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An interview with Amazon’s Head of Sustainable Operations on the property’s innovative features and how it’s setting a new sustainability standard for arenas around the world.
Last month, Climate Pledge Arena, Seattle’s new sports and events center, opened its doors with a Coldplay concert, 12,500 plants and trees, electronic entry tickets — no paper! — that double as free public transit passes and all-electric operations powered by 100 percent renewable electricity.
Sally Fouts, Amazon’s global leader of The Climate Pledge, sat down with Chris Roe, Amazon’s head of sustainable operations, to learn details about the innovative features of the new arena building, property and functionality — and how it’s setting a new sustainability standard for event centers around the world.
Sally Fouts: Climate Pledge Arena opened in October with the bold goal of making history as the first events center to achieve net-zero carbon certification through the International Living Future Institute and thereby setting a new standard for sustainable design. What does that certification entail, when will it be official, and how is it different from the LEED certification many sports venues around the world have achieved?
Chris Roe: The net-zero carbon certification from the International Living Future Institute (ILFI) is the first worldwide third-party certification standard dedicated to recognizing highly energy efficient buildings that are designed and operated to fully account for their carbon emissions impacts. This means that certified buildings will be all-electric, energy efficient, powered entirely by renewable energy and with a demonstrated reduction in the embodied carbon of building materials. A building must be operational for a year before being able to be certified, so while the arena is registered and on-track for certification, we’re excited to see a year’s worth of operational performance data before Climate Pledge Arena will officially become certified the first net-zero carbon arena in the world. While LEED certification focuses broadly on green building, this ILFI standard goes above and beyond LEED with regards to reducing carbon emissions.
Fouts: I’m impressed by how every aspect of the design, both of the physical property and how it functions, is setting a new bar for event centers. Can you share a few of your favorite details that may not be visible to the public?
Roe: Many people don’t realize the carbon emissions associated with building materials — including mining, manufacturing, and transportation — happen long before they make their way into a building. That’s why I’m really excited that Climate Pledge Arena preserves the existing 44-million-pound roof that was originally constructed for the 1962 World’s Fair. The arena is also built down below grade, meaning there are fewer materials throughout the building.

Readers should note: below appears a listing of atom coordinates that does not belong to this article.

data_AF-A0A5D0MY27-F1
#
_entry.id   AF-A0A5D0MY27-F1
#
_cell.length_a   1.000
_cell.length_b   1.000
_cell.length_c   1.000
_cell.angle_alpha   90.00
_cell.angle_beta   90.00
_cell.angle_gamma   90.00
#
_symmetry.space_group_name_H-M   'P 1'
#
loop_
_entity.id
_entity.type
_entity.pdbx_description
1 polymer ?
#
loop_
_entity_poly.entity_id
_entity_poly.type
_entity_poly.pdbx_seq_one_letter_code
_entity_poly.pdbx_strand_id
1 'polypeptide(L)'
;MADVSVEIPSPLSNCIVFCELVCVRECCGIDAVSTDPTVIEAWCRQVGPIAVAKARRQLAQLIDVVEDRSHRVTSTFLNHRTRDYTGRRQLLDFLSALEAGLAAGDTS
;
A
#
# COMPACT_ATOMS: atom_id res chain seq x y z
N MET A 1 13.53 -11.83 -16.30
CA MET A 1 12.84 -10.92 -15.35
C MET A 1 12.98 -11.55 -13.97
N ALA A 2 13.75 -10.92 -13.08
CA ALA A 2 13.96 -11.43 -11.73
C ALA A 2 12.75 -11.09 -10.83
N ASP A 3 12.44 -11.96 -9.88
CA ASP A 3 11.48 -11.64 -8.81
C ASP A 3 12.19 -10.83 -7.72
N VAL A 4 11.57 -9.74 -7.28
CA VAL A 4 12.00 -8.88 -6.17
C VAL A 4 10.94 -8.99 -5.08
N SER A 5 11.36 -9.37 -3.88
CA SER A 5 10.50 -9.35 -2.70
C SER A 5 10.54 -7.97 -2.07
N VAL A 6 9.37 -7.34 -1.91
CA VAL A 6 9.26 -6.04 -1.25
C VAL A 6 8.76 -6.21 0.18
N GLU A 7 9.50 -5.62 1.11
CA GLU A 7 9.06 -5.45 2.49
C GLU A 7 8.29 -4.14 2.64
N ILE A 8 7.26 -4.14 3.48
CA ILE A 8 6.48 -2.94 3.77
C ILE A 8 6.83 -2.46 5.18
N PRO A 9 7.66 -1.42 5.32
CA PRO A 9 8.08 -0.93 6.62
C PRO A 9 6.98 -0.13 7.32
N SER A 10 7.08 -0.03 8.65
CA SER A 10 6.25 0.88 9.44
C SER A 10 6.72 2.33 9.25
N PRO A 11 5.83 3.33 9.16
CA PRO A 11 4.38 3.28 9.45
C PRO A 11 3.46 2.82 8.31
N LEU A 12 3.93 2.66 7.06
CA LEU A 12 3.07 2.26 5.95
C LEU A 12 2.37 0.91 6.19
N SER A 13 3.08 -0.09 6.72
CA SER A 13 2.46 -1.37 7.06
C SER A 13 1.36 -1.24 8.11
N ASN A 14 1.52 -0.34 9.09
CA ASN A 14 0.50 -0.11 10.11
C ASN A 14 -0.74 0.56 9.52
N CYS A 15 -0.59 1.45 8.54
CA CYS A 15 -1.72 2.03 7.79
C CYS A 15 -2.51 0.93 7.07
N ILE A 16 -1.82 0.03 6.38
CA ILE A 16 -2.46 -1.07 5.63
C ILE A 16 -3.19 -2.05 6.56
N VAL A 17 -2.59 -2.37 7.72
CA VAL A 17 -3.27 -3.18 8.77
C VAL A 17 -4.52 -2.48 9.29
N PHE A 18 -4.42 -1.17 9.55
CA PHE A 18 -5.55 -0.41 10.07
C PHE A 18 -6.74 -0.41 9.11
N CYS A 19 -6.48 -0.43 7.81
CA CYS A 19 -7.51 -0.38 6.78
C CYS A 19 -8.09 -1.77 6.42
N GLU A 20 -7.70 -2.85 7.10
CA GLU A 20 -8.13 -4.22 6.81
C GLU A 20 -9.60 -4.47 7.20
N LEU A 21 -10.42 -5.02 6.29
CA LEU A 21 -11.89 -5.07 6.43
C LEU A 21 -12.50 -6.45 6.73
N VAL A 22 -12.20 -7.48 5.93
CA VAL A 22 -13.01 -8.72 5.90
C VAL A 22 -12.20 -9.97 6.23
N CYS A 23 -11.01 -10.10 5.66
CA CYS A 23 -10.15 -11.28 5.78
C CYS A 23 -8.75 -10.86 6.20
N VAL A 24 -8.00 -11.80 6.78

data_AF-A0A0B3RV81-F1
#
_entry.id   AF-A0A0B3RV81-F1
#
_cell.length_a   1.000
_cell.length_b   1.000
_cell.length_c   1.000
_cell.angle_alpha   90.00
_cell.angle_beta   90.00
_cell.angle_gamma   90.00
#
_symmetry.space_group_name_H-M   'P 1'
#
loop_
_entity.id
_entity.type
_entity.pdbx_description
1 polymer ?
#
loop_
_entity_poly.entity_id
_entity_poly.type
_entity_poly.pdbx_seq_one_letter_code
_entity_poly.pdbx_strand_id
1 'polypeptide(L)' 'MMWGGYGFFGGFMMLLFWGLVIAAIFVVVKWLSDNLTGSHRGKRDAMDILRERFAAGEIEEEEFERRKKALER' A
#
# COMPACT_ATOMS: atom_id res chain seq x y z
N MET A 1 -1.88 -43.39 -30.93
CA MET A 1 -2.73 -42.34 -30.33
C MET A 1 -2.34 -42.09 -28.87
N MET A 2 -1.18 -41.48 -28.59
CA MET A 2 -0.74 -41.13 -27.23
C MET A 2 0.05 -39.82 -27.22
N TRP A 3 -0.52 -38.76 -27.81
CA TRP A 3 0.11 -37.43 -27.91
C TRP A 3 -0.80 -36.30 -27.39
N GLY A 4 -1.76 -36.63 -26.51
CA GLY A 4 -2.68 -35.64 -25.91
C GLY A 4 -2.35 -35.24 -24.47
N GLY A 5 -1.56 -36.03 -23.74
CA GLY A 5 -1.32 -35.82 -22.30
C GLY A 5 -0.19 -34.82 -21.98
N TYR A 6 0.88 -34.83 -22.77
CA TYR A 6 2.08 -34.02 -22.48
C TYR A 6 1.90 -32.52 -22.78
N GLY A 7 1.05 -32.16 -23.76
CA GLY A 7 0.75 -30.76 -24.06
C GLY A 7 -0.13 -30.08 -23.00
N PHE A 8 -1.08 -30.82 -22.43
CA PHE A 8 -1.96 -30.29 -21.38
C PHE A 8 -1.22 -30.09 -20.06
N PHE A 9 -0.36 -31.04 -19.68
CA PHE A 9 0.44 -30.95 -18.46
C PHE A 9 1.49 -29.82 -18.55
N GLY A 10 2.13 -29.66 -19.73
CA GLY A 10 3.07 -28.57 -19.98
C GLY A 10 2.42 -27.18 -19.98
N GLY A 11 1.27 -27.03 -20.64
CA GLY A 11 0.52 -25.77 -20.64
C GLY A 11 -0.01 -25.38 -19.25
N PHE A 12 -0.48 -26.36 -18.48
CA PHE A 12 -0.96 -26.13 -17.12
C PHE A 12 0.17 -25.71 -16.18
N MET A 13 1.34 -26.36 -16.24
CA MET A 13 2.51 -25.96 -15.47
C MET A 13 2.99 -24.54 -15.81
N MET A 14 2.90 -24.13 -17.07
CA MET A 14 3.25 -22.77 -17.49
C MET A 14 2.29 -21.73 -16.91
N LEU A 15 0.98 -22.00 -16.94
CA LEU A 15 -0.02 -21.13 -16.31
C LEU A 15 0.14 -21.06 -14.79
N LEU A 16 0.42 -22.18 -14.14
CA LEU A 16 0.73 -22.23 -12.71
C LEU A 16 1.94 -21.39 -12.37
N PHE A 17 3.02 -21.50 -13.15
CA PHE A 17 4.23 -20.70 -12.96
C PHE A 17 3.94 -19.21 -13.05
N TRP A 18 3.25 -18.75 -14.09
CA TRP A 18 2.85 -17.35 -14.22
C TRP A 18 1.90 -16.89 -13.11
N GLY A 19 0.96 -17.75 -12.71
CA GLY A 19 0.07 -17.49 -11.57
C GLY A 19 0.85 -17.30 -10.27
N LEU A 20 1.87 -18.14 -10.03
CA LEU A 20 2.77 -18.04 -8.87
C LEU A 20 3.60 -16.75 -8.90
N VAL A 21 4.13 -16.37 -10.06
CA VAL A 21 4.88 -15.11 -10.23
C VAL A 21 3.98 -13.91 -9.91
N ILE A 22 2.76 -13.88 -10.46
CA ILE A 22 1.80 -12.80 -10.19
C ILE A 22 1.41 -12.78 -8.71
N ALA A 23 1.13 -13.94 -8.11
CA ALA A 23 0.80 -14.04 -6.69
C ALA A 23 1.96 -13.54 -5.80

Given the importance of ice to our earth’s climate and the abundance of rain in Seattle, I also love the "rain to rink" system that uses rain water to supply the greenest ice in the NHL for the Kraken. There are large cisterns underground that collect rain water from the building’s roof, which is then processed through a system that is all-electric — even the Zamboni is all electric — and uses natural refrigerants (typically a potent source of greenhouse gas emissions) powered by 100 percent renewable energy both from a 1.2MW on-site solar system and off-site renewable energy projects.
Fouts: And how about the sustainable operational details that visitors experience?
Roe: This is what makes Climate Pledge Arena really unique. Oak View Group has done an amazing job integrating sustainability into the attendee experience. First, all game tickets double as free public transit passes to encourage alternative ways to arrive at the arena.
Events at the arena will be zero waste with durable and compostable containers at the concession stands. A minimum of 95 percent of all arena waste will be diverted from landfills on a weight basis and the arena is working with food and beverage suppliers to eliminate single-use plastics entirely by 2024.
And finally, at least 75 percent of the arena’s food ingredients will be sourced locally within a 300-mile radius and on a seasonal basis to support regional farmers and producers. All viable unused food from events will be donated to local community food programs.
Fouts: Impressive. And how about that gorgeous living wall?
Roe: It’s 200 feet long and 14 feet tall with plants native to the Pacific Northwest, and has quickly become a favorite spot for pictures throughout the arena — the scale and beautiful design integrates digital displays alongside native plants and is a pretty amazing part of the venue.
Fouts: Anything else you want to share with us?
Roe: Climate Pledge Arena has many "firsts" — including the first zero carbon arena in the world and the first naming rights agreement named for a cause rather than a company. We’re proud to be part of a partnership that brings awareness and inspiration on the urgency of climate action to thousands of fans over 200 nights per year.
Fouts: What’s next for the arena?
Roe: Now that the arena is operating, we’re starting to collect performance data and are excited to share that with the public. The arena is launching a public facing dashboard to provide more insight into the arena’s sustainability commitments around carbon, energy, waste, food and many other areas, and we hope this provides a measurement mechanism to identify and track additional improvement opportunities so the arena continues to reduce its impact over time. We’ve also heard from a number of other venues and arenas, so we hope the lessons and learnings from Climate Pledge Arena will help others continue to raise the bar on sustainability throughout the sports and entertainment industry.